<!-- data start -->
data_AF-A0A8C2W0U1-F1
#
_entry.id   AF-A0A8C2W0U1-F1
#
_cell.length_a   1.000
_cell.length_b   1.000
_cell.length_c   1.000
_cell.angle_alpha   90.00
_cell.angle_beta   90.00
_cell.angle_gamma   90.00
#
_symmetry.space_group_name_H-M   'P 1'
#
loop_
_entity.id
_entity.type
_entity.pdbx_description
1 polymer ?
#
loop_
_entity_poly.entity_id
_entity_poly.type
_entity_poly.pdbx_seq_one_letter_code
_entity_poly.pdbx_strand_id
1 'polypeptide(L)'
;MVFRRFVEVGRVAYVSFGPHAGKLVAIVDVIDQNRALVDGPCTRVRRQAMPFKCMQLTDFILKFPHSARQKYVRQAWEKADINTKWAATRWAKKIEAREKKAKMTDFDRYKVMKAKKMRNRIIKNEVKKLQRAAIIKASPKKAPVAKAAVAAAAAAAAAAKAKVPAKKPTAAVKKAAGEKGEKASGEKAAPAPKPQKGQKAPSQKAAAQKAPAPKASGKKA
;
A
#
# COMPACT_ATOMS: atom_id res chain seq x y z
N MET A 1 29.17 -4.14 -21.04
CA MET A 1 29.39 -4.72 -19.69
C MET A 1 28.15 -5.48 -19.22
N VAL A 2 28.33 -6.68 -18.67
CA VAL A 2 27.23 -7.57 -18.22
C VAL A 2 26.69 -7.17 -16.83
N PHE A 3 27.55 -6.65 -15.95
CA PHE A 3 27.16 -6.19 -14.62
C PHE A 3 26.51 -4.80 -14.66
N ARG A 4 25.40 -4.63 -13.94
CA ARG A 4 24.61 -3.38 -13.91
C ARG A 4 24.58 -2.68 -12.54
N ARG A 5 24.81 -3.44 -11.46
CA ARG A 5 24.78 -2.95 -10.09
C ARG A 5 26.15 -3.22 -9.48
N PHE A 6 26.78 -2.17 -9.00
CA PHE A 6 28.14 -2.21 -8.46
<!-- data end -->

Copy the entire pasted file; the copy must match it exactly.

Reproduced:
data_AF-A0A8C2W0U1-F1
#
_entry.id   AF-A0A8C2W0U1-F1
#
_cell.length_a   1.000
_cell.length_b   1.000
_cell.length_c   1.000
_cell.angle_alpha   90.00
_cell.angle_beta   90.00
_cell.angle_gamma   90.00
#
_symmetry.space_group_name_H-M   'P 1'
#
loop_
_entity.id
_entity.type
_entity.pdbx_description
1 polymer ?
#
loop_
_entity_poly.entity_id
_entity_poly.type
_entity_poly.pdbx_seq_one_letter_code
_entity_poly.pdbx_strand_id
1 'polypeptide(L)'
;MVFRRFVEVGRVAYVSFGPHAGKLVAIVDVIDQNRALVDGPCTRVRRQAMPFKCMQLTDFILKFPHSARQKYVRQAWEKADINTKWAATRWAKKIEAREKKAKMTDFDRYKVMKAKKMRNRIIKNEVKKLQRAAIIKASPKKAPVAKAAVAAAAAAAAAAKAKVPAKKPTAAVKKAAGEKGEKASGEKAAPAPKPQKGQKAPSQKAAAQKAPAPKASGKKA
;
A
#
# COMPACT_ATOMS: atom_id res chain seq x y z
N MET A 1 29.17 -4.14 -21.04
CA MET A 1 29.39 -4.72 -19.69
C MET A 1 28.15 -5.48 -19.22
N VAL A 2 28.33 -6.68 -18.67
CA VAL A 2 27.23 -7.57 -18.22
C VAL A 2 26.69 -7.17 -16.83
N PHE A 3 27.55 -6.65 -15.95
CA PHE A 3 27.16 -6.19 -14.62
C PHE A 3 26.51 -4.80 -14.66
N ARG A 4 25.40 -4.63 -13.94
CA ARG A 4 24.61 -3.38 -13.91
C ARG A 4 24.58 -2.68 -12.54
N ARG A 5 24.81 -3.44 -11.46
CA ARG A 5 24.78 -2.95 -10.09
C ARG A 5 26.15 -3.22 -9.48
N PHE A 6 26.78 -2.17 -9.00
CA PHE A 6 28.14 -2.21 -8.46